It’s such a simple, but effective, passage. The eerie image of the man with the red eyes has stuck in my memory all these years, and will probably continue to do so far into the future. As the characters are catapulted across space and time, L’engle’s descriptive powers ensure that the reader is transported just as effectively.
Similarly, L’engle cultivates a very intriguing atmosphere throughout the book by referencing mysterious unnamed forces that affect each of the characters differently. Meg’s little brother, Charles Wallace, is particularly “gifted” in this area. When he is first introduced in Chapter 1, he is painted not just as a precocious child, but as one who seems to have some sort of supernatural intuition as well. Meg and her mother both comment that he seems to know things that defy explanation, and it is he who first discovers the mystical figures who will drive the plot. One particularly noteworthy moment occurs when Charles Wallace meets Meg’s friend Calvin. Calvin tells them that he frequently experiences strange compulsions that he doesn’t understand, and in this case a compulsion led him to encounter Meg and Charles in the woods. Then this happens:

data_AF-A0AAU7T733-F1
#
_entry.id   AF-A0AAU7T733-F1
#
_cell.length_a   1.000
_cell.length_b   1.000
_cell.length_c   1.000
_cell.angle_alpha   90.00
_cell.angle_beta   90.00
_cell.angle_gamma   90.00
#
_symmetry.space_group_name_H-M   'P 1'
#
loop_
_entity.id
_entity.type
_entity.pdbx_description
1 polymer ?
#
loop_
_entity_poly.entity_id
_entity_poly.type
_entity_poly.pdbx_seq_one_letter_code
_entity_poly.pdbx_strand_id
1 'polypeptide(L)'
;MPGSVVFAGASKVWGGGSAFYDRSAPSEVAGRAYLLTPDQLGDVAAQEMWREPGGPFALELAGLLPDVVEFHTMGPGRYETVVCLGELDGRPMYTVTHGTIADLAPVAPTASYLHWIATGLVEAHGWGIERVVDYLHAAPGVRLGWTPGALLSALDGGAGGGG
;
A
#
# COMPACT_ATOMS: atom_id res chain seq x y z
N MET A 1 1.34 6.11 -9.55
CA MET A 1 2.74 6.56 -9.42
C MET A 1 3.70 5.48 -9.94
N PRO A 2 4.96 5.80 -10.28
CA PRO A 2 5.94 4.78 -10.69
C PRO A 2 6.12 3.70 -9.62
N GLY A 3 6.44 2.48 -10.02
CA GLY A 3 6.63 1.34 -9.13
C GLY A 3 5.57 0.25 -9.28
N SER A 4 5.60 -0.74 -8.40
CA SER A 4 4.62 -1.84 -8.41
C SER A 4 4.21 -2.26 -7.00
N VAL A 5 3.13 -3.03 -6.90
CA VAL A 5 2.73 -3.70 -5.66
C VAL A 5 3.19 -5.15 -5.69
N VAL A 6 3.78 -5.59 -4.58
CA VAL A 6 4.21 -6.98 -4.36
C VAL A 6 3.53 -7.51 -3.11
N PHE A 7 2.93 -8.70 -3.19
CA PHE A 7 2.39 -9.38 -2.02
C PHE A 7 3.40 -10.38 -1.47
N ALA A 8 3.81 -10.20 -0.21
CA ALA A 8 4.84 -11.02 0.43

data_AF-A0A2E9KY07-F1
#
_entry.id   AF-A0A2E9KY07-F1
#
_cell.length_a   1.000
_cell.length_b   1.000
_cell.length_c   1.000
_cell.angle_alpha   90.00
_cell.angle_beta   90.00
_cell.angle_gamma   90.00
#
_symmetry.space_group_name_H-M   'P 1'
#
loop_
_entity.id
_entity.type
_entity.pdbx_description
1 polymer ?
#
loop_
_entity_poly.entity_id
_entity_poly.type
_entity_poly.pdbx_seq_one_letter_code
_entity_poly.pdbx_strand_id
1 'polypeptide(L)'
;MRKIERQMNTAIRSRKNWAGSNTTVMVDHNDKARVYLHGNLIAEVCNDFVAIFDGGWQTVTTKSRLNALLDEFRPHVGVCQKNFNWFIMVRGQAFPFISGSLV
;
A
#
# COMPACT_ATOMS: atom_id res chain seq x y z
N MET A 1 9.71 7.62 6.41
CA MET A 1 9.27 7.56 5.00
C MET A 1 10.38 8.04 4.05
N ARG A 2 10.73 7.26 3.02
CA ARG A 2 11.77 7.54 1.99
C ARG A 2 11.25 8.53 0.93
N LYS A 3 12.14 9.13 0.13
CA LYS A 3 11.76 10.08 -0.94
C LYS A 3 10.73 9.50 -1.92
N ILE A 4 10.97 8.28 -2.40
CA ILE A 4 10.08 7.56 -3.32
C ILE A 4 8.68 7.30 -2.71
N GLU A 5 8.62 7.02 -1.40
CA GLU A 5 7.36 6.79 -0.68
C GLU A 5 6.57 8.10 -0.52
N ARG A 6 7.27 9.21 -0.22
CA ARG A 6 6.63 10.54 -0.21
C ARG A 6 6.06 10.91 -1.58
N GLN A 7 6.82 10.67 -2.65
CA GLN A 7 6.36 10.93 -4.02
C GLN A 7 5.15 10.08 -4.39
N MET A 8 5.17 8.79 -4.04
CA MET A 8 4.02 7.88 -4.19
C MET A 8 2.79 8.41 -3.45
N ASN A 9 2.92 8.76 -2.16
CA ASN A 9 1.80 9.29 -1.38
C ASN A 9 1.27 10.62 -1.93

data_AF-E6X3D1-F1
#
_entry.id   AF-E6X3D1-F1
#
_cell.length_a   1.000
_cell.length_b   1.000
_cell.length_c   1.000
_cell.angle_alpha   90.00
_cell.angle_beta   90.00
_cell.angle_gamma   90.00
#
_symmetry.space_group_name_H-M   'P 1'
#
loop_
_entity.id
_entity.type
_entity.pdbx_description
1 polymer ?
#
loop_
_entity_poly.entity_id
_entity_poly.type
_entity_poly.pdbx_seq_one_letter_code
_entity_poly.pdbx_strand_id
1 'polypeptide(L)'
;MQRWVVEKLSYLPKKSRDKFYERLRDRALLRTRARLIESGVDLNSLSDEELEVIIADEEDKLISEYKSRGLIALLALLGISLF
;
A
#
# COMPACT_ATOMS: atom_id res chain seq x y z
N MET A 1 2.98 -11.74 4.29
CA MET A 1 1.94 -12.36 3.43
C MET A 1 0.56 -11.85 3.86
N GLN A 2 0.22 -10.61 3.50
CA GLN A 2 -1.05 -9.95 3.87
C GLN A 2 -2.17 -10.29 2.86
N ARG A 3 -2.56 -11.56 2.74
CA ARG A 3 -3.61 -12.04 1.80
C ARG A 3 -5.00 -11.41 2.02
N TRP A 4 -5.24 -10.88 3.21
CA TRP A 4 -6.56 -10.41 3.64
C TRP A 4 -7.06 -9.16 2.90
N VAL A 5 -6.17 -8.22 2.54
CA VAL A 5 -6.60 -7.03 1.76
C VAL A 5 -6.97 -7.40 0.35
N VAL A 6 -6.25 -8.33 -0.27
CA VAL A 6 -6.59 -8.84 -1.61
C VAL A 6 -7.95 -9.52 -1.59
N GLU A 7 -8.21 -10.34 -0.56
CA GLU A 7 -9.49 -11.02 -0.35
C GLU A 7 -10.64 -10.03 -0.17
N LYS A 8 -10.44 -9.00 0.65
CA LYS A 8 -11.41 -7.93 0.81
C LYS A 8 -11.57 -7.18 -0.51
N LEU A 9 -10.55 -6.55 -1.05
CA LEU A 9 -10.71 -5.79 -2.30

Charles Wallace looked at Calvin probingly for a moment; then an almost glazed look came into his eyes, and he seemed to be thinking at him. Calvin stood very still, and waited.
Charles Wallace, apparently now reassured of Calvin’s honesty, invites him to come to dinner with them. Calvin replies:
“Well, sure, but–what would your mother say to that?” […]
“She’d be delighted. Mother’s all right. She’s not one of us. But she’s all right.”